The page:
This is a year of weather abnormalities. I’m writing this on Nov. 11 and to date we have not had a killing frost — only two early morning traces of frost that killed nothing. So, I guess I can say this has been a “Frostless fall.”
The wind has stripped a lot of leaves from the trees but the defoliation is not from a killing frost. The lone green pepper plant that I left in the raised-bed garden to ripen for seed for next spring planting is still gourd green — just waiting for the frost to kill it.
According to the weather forecast, I might get a killing frost tonight. If it doesn’t happen, the mid-range forecast for night-time low temperatures goes on for another week without hitting 32 degrees.
I know it’s fall because I’ve seen a few ducks and geese on my pond and the deer are making nightly visits to the clover food plots and the buck deer are thrashing a few saplings in preparation for the rut.
I got in a welcome four days of fall fishing with two of my best fishing buddies. First, ol’ Pegan Ray from Iowa stopped in on his way to overwintering in Apache Junction, Ariz. The fishing wasn’t what I’d call “hot,” but it was sufficiently good that we were able to send about a bunch of fish fillets with him so he can feed his buddies who think there’s no good fishing in Kansas.
I will tell this embarrassing fishing fact on myself. The last day that Pegan and I fished, we put 24 bass and crappie on the stringer — he put on 22 and I put on a paltry two fish. I just got flat-out out fished.
Then Monday and Tuesday of this week, ol’ Claude Hopper, from Pratt, Kan., came on a two-day fishing trip. Again the fishing wuzn’t hot, but it was steady enuf to keep us fishing. I’m happy to report that I caught the biggest fish — a fat 4-pound bass — and Claude caught the most crappie from a hot-spot that he found in a pond. Most all the crappie were 12- to 14-inchers. Yum, yum!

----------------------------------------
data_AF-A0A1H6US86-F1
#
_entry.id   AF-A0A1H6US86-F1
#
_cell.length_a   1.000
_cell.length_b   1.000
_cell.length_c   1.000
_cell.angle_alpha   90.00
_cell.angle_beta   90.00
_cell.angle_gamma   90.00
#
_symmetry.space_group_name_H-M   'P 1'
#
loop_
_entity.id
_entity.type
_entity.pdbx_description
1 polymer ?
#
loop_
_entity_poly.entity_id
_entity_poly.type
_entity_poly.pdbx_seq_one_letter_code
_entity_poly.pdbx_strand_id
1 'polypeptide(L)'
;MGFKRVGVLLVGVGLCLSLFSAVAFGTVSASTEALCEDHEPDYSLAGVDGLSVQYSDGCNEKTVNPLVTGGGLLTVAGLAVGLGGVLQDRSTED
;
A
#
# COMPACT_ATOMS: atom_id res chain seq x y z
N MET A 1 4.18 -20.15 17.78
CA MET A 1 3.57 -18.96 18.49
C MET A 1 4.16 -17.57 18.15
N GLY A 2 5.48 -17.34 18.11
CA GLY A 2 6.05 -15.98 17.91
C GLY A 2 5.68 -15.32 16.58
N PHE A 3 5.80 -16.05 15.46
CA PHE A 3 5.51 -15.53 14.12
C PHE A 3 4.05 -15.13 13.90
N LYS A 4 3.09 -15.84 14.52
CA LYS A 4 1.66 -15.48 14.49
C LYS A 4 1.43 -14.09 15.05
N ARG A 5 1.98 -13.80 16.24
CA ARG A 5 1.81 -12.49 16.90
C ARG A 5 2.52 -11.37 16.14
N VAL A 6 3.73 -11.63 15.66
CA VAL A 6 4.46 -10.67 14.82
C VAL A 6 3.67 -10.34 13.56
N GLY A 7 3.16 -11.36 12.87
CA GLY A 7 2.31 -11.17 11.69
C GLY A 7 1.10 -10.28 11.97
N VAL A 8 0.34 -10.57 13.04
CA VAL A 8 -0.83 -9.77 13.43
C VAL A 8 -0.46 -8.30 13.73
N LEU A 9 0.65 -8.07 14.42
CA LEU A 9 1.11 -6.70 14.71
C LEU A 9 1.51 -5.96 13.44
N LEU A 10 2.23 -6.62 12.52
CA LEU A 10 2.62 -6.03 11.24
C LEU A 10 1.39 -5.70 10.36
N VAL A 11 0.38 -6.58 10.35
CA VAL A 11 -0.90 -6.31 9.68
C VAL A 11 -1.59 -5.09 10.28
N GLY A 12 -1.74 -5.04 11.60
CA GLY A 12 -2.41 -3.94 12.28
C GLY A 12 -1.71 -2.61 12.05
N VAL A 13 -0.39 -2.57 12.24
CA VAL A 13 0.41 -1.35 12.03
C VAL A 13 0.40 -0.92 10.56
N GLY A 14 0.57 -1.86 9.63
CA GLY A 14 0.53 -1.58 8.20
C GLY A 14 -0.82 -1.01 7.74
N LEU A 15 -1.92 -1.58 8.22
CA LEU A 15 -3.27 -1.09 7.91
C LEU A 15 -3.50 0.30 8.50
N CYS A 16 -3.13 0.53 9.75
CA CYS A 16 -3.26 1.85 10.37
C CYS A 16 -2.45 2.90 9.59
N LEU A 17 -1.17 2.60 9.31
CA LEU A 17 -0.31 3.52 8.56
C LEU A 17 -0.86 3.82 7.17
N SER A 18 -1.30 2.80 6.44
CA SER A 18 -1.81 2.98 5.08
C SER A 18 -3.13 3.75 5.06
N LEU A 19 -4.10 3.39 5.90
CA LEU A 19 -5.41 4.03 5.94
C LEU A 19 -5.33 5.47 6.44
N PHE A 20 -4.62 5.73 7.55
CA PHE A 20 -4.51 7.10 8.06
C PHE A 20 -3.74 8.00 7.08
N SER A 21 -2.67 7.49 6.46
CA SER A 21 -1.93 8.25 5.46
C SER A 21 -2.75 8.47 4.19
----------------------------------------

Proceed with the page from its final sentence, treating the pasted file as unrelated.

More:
Regular readers know I’m well into the what is called my “senior years.” One of them is my ol’ buddy, Willie Makitt, from Mt. Vernon, Mo. That’s why he sent me the following perspectives on reaching the lower end of the slippery-slide of life:
1. After loving my parents, my spouse, my children and my kinfolks and friends, I have now started loving myself.
2. I have realized that I am not “Atlas.” The world does not rest on my shoulders.
3. I have stopped bargaining with vegetable and fruit vendors. A few pennies more is not going to break me, but it might help the poor vendor save for his or her daughter’s school fees.
4. I leave my waitress a big tip. The extra money might bring a smile to her face. She is toiling much harder for a living than I am.
5. I stopped telling the elderly that they’ve already told that story many times. The story makes them walk down memory lane and relive their past. I know it’s true because I do it all the time.
6. I have learned not to correct people even when I know they are wrong. The onus of making everyone perfect is not on me. Peace is more precious than perfection.
7. I give compliments freely and generously. Compliments are a mood enhancer, not only for the recipient, but also for me. And a small tip for the recipient of a compliment, never, NEVER turn it down, just say “Thank You.”
8. I have learned not to bother about a crease or a spot on my shirt or a patch on my overalls. Personality speaks louder than appearances.
9. I walk away from people who don’t value me. They might not know my worth, but I do.
10. I remain cool when someone plays dirty to outrun me in the rat race. I am not a rat and neither am I in any race.
11. I am learning not to be embarrassed by my emotions. It’s my emotions that make me human.
12. I have learned that it’s better to drop the ego than to break a relationship. My ego will keep me aloof, whereas with relationships, I will never be alone.
13. I am doing what makes me happy. I am responsible for my happiness, and I owe it to myself. Happiness is a choice. You can be happy at any time, just choose to be!
A 4-H Club decided to have a fund drive by collecting bottles and cans for the recycle money. A young 4-H’er timidly knocked on the door of a rural farm home and a woman opened the door and asked gruffly, “What do you want?”
The little boy meekly explained the fund drive and asked the woman if she had any old beer bottles to donate.
The lady hit the ceiling. “Do I look like the kind of lady who would drink beer?” she asked in a self-righteous tone.
The little boy replied, “I’m sorry, ma’am. Do you have any vinegar bottles?”
Words of wisdom for the week. Don’t answer this want ad: “Dog for sale, eats anything, and is fond of children.” Have a good ‘un.
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